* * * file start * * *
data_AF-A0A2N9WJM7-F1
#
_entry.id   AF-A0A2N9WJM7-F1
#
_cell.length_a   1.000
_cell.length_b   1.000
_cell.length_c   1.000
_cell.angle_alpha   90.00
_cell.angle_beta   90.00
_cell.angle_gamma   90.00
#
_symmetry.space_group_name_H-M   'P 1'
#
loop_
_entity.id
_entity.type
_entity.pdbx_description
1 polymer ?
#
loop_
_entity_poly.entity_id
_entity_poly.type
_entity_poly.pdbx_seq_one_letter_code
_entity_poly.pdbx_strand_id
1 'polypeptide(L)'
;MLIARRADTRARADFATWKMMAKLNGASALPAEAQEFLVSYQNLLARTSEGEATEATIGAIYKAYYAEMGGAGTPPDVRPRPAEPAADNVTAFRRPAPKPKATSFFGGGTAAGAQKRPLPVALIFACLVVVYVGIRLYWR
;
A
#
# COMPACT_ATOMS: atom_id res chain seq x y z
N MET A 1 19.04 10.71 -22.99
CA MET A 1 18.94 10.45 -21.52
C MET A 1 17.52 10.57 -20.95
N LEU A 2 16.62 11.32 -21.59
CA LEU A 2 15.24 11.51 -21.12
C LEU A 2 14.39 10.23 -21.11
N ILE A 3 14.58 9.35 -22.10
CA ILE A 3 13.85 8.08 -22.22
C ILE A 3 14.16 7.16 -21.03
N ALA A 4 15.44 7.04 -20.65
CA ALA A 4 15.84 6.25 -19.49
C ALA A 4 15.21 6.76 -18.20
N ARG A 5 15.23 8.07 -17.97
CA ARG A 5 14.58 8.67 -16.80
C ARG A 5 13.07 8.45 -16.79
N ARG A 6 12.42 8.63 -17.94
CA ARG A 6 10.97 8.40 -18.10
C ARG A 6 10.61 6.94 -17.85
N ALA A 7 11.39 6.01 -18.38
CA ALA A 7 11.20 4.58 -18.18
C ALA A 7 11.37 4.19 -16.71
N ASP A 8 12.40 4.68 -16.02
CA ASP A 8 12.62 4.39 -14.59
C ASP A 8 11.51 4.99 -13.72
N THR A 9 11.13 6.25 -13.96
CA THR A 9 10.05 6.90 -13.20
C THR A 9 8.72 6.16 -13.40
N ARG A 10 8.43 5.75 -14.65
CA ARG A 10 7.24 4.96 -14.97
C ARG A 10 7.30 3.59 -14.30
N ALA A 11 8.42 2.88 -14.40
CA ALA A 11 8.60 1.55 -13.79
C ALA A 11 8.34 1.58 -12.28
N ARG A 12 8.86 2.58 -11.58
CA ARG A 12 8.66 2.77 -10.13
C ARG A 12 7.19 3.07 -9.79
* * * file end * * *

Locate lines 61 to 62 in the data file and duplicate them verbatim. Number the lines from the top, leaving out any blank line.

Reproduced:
N ALA A 11 8.42 2.88 -14.40
CA ALA A 11 8.60 1.55 -13.79